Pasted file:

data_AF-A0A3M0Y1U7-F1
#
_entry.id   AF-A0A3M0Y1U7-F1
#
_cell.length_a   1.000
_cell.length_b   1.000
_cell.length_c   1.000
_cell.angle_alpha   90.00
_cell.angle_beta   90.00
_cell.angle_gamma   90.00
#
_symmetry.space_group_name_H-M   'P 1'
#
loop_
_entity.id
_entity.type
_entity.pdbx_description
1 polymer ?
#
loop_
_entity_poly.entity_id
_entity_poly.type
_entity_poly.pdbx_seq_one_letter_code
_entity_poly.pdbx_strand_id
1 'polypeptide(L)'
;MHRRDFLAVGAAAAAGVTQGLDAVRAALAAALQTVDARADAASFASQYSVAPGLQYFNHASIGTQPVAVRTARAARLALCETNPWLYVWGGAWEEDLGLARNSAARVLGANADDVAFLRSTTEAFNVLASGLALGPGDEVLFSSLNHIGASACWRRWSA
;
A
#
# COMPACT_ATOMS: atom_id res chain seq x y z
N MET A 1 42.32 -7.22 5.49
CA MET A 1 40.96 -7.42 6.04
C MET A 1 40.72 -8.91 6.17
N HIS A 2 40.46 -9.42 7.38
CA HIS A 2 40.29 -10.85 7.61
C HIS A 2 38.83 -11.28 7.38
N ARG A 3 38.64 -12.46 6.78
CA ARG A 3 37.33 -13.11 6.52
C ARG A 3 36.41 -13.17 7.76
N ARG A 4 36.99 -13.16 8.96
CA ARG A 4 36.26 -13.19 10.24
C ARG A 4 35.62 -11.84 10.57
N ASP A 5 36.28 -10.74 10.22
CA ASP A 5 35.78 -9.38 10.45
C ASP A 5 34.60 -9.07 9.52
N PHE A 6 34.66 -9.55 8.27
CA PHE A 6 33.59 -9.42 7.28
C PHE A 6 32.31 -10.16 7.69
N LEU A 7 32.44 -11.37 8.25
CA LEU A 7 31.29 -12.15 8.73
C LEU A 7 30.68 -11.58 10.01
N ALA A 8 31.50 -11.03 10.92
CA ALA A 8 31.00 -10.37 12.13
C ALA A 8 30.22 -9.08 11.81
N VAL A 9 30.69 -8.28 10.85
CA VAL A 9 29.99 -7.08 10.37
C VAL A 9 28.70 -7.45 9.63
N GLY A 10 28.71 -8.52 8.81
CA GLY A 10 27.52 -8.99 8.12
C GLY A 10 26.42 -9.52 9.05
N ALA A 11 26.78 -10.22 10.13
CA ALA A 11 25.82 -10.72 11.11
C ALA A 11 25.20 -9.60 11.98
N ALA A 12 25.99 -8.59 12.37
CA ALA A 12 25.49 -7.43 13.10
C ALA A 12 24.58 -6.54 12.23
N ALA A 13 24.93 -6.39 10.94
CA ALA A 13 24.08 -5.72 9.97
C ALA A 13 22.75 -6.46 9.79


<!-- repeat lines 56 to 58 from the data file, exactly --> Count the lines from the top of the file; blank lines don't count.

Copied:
CA VAL A 9 29.99 -7.08 10.37
C VAL A 9 28.70 -7.45 9.63
N GLY A 10 28.71 -8.52 8.81